April 23, 2018
By Dan Jaffe
Newsflash: the digital economy is growing extraordinarily rapidly. Not surprisingly, this reality is something most people already understand and take for granted. What many people may not be aware of is the magnitude of this growth and how it contributes to our nation’s overall economy.
The Bureau of Economic Analysis (BEA), a part of the U.S. Department of Commerce, carefully explored these questions and provides some important answers in a new working paper titled “Defining and Measuring the Digital Economy.”
The BEA’s main finding is that the digital economy is one of the fastest-growing sectors in the U.S. Between 2006 and 2016 it grew at an average rate of 5.6 percent per year, far higher than the overall economy’s average annual rate of growth of just 1.5 percent.
The digital sector, in fact, accounted for 6.5 percent, or more than $1.2 trillion, of the over $18.6 trillion of current‐dollar GDP. In 2016 alone this growth generated 3.9 percent of total U.S. employment, or 5.9 million jobs.
As Bret Swanson importantly points out in a recent blog post, “How to measure the digital economy — and close the massive information gap,” although the BEA utilized a very broad definition of “digital,” it could not include every item that met their criteria.
This gap was due to a lack of detailed available data in regard to some categories and difficulty in capturing some goods and services that may be only partially “digital.”
Key technologies like the explosively growing Internet of Things (IoT) were not included, as well as many large advertising-based Web services. Therefore, the BEA’s findings likely significantly underestimate the true impact of the digital sector on the economy.
U.S. companies continue to be the clear leaders in the worldwide digital economy. Consequently, we should be extremely careful to avoid any proposed steps that could hobble or undermine this sector.
Yet now, in light of the revelations about Cambridge Analytica’s serious misuse of broad categories of Facebook data, many in Washington and state capitals are clamoring for major new restrictions on data collection and online interest based advertising.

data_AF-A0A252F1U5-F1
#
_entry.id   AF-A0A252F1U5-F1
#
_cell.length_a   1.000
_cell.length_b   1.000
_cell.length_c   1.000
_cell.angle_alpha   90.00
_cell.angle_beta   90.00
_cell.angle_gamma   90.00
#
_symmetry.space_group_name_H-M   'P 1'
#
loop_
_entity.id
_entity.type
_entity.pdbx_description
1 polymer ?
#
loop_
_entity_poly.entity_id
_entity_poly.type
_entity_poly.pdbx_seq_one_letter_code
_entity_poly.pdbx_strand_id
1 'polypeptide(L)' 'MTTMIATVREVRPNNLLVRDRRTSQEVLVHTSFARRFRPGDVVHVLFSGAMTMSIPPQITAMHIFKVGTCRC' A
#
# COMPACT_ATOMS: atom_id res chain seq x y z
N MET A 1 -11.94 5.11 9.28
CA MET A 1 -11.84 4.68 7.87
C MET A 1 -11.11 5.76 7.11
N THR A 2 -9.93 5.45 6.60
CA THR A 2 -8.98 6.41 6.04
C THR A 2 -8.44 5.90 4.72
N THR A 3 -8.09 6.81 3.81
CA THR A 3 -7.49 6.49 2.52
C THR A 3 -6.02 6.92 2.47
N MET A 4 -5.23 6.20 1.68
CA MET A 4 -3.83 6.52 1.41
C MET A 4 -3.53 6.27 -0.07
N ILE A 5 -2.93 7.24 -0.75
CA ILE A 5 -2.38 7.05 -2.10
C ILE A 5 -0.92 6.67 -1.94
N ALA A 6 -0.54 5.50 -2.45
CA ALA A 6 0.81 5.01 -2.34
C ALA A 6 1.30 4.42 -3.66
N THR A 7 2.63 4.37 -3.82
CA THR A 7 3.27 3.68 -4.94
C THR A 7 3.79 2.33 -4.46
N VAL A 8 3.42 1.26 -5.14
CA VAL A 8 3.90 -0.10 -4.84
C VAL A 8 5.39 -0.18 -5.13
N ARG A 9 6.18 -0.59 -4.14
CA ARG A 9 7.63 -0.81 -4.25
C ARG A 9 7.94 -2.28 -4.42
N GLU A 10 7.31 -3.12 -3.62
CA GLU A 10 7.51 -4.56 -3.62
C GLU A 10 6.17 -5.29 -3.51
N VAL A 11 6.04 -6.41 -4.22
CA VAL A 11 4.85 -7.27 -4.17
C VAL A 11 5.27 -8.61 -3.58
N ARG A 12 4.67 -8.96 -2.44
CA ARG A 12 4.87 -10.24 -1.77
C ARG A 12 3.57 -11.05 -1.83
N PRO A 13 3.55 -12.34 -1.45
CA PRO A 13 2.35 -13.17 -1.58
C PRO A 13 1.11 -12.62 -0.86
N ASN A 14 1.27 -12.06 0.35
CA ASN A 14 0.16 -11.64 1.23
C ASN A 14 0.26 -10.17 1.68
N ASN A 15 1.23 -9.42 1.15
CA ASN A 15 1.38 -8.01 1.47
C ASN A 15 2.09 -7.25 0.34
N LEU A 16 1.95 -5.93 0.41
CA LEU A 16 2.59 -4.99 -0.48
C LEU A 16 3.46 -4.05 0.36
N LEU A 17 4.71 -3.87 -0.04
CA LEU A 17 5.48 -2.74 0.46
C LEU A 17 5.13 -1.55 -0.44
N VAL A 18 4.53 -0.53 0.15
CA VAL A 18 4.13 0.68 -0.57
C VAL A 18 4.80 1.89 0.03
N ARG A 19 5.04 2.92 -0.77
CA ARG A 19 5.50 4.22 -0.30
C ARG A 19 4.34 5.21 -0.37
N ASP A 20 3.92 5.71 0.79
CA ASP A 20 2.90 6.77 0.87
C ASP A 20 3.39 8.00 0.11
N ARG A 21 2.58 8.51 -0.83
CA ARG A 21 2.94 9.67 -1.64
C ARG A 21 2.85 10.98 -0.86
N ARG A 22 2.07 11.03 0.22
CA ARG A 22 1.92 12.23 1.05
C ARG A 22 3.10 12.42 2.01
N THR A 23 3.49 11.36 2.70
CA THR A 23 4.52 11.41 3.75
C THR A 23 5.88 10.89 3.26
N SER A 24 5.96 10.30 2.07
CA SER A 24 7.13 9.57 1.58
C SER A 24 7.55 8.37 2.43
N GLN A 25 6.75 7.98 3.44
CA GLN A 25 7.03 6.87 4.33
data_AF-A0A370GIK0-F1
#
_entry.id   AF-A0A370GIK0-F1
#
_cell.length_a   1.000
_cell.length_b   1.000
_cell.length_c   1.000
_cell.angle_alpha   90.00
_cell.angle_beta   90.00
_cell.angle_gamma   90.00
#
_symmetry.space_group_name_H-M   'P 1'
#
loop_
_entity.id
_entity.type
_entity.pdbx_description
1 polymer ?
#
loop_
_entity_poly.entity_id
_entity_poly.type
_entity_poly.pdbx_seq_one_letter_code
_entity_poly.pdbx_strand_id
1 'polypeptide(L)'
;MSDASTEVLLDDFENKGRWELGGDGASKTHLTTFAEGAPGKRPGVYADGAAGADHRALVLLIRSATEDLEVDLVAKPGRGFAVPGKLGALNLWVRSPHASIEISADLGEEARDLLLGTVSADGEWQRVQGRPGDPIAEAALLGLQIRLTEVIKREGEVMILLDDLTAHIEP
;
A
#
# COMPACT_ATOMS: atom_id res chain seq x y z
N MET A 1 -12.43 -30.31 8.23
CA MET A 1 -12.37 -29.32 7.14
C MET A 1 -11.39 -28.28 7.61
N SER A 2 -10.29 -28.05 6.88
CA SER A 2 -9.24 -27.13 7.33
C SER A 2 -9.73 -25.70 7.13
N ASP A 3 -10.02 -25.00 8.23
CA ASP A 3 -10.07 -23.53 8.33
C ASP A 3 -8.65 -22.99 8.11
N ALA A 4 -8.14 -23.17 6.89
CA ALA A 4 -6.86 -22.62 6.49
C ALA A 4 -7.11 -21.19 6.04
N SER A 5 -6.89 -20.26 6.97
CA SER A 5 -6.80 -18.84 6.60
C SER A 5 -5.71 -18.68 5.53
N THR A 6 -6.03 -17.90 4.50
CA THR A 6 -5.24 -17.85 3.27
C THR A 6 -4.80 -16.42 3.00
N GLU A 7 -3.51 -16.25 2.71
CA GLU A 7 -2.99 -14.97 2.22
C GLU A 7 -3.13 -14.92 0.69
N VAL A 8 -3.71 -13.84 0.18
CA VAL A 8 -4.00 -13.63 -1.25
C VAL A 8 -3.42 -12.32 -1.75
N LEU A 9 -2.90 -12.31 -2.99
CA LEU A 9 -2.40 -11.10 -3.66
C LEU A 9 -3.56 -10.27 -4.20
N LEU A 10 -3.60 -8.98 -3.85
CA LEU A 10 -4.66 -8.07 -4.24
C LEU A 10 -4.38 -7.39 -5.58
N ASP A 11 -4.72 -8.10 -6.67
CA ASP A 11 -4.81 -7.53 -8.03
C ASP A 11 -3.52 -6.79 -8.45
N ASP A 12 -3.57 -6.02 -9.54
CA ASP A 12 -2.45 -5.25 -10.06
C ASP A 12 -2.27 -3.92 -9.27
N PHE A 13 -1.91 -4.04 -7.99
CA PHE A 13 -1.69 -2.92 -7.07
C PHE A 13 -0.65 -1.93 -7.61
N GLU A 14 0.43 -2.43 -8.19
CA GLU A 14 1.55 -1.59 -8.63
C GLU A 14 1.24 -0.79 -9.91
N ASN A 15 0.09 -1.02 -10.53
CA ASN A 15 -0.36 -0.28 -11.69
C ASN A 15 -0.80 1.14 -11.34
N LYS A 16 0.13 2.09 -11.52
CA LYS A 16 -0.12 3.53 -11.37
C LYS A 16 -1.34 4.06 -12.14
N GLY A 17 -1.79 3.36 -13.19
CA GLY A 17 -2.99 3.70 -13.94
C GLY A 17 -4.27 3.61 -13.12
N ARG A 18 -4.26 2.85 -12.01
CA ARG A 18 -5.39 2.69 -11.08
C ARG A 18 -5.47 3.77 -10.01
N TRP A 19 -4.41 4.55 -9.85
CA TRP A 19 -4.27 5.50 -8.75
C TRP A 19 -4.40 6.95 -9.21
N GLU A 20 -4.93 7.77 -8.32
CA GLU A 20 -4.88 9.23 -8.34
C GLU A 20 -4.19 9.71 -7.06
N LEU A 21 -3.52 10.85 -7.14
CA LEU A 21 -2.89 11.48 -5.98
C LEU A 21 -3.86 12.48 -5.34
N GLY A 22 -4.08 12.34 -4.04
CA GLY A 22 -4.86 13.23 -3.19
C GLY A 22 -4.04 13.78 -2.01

Currently, advertising overwhelmingly provides the financial underpinning for the vast majority of free content online and in mobile media. These developments have enhanced the core American values of democratizing knowledge and information access.
In addition, advertising support for the Internet and mobile has helped create an international marketplace that provides the greatest level of ease of access, entry and competitiveness in history.
Advertisers know, however, that these benefits can only be sustained if they furnish strong and effective privacy protections to consumers. This is why ANA and others in the ad community have worked relentlessly to provide consumers with meaningful notice and choice about their online privacy preferences through the Digital Advertising Alliance (DAA) privacy self-regulatory program.
The DAA privacy choice icon has become nearly ubiquitous on the Internet and mobile, with it being served more than a trillion times a month.
Consumers clicking on the icon are taken to the privacy choice site (aboutads.info) where they can choose whether or not to receive targeted interest based ads. There have been more than 68 million visits to this privacy choice site.
While millions have opted out, the vast majority of consumers continue to accept receiving interest based advertising clearly understanding the benefits of relevant advertising tailored to their needs.
WE PLEDGE to continue to strengthen this program to assure that consumers can easily exercise meaningful choice to protect their privacy.
Dan Jaffe is executive vice president of government relations at the Association for National Advertisers, Washington. Reach him at firstname.lastname@example.org.